TMJ and Obstructive Sleep Apnea: How Are They Related?

TMJ and Obstructive Sleep Apnea: How Are They Related?

TMJ and Obstructive Sleep Apnea: How Are They Related?

Getting the recommended number of hours of sleep and getting sufficient quality sleep are both critical for staying in good health. However, if you have a temporomandibular joint (TMJ), getting refreshing and comfortable sleep can be difficult. When obstructive sleep apnea (OSA) is added to the mix, a complicated issue can emerge. Having both OSA and TMJ can result in physical barriers to restful sleep.

While the two are not identical, continue reading to learn about the link between TMJ and sleep apnea.

Cause and Effect

A clear link has been established between OSA and TMJ disorders.

Does OSA cause TMJ disorder? Yes, sleep apnea can exacerbate TMJ disorders by exacerbating the symptoms. When the brain detects a decrease in oxygen levels, it communicates with various systems throughout the body. It will, for example, tell the heart that it must increase its heart rate in order to deliver more oxygen.

Consequently, the brain will tell the jaw muscles to tighten up in an attempt to open the airway. While the clenching motion is intended to aid in the stabilization of the airway, repeated clenching can lead to TMJ. It has the potential to cause night-time bruxism, which is characterized by tooth grinding and clenching. This strains the TMJ and the articular disc, as well as the surrounding muscles and tissues. This strain and overuse can result in painful and inflammatory disorders.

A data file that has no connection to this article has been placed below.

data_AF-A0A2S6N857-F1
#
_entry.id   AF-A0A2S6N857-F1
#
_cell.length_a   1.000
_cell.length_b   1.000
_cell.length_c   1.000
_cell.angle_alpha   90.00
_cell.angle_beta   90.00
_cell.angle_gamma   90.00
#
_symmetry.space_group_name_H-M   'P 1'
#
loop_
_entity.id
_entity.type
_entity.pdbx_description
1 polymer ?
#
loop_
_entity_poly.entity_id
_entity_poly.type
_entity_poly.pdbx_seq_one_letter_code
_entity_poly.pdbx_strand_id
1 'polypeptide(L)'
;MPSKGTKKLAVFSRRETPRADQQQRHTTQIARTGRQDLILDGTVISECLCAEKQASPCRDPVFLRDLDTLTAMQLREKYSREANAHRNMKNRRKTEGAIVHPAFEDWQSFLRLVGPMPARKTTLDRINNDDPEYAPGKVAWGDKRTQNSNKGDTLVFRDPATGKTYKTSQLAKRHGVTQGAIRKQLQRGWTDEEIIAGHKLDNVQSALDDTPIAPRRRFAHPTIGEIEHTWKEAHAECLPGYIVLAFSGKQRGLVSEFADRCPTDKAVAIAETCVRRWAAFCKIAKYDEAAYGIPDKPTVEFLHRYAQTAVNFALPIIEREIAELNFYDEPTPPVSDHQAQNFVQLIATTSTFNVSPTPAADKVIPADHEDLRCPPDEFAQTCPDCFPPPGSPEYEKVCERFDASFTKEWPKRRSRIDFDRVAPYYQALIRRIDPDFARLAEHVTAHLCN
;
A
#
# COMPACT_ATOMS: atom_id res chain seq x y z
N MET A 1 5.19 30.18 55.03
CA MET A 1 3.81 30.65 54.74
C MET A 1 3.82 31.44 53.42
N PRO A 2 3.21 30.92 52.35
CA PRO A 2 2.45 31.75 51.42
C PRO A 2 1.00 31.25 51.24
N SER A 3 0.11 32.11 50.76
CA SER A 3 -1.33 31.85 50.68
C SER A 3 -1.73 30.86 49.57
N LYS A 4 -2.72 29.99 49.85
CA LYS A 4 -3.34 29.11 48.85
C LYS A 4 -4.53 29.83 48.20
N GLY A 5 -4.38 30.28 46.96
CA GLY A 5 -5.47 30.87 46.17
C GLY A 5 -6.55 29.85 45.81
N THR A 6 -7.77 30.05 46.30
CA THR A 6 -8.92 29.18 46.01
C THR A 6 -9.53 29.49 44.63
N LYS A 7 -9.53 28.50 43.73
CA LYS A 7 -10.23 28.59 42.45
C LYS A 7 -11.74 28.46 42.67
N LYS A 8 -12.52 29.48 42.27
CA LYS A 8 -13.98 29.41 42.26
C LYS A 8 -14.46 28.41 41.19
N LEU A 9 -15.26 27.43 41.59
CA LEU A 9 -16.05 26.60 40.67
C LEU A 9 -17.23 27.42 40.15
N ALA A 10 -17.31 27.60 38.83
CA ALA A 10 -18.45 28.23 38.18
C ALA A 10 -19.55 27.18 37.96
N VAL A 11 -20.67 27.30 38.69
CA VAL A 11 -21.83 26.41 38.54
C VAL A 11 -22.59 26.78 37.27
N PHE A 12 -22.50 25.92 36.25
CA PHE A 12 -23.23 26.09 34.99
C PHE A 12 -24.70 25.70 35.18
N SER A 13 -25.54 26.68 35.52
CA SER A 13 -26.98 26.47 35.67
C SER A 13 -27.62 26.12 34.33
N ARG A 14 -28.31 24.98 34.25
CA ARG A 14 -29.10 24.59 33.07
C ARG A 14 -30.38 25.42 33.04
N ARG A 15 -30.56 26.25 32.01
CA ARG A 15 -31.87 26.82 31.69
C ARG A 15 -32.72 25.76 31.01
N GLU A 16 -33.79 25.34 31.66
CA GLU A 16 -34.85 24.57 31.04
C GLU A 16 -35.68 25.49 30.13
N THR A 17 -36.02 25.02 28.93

Is TMJ the cause of sleep apnea? TMJ can cause the airway to collapse in the same way that OSA does. To open the airway, the body tries to fix this by pressing the lower jaw forward. This will cause problems such as jaw clicking while asleep. The TMJ’s constant movement causes tension and stress.

In some cases, TMJ and OSA disorders may be caused by the same underlying cause. Malocclusion, for example, may contribute to the development of OSA by closing the airway while sleeping. Malocclusion also prevents the jaw muscles from resting properly, putting strain on the TMJ.

Screening and Treatment Implications

With a strong link between OSA and TMJ disorders, it is critical that this relationship be taken into account when developing a method to identify and treat both conditions effectively. The best practices should include checking for both of these symptoms when a patient displays one or both of them. TMJ disorder screening should be done on a regular basis if one is initially present but not the other after examination and diagnosis, for example, obstructive sleep apnea without TMJ disorders.

Final Word

Despite being distinct disorders, sleep apnea and TMJ can affect each other and interfere with restful sleep. Treating the two together will put you on the road to a better night’s sleep and a more productive day if you’re experiencing both in tandem.

Call Time To Smile at (310) 475-5598 today to make an appointment with Dr. Sid Solomon to discuss your apnea and TMJ symptoms and decide the best course of action. Dr. Sid is an excellent TMJ expert who has helped put a smile on several people who had lost hope. All of our TMJ treatments and surgeries have received approval from the American Dental Association. In neuromuscular dentistry and gnathological neuromuscular dentistry, the patient’s ideal bite is determined using computer mandibular scanning (CMS), surface electromyography (SEMG), and sonography through a K7 device.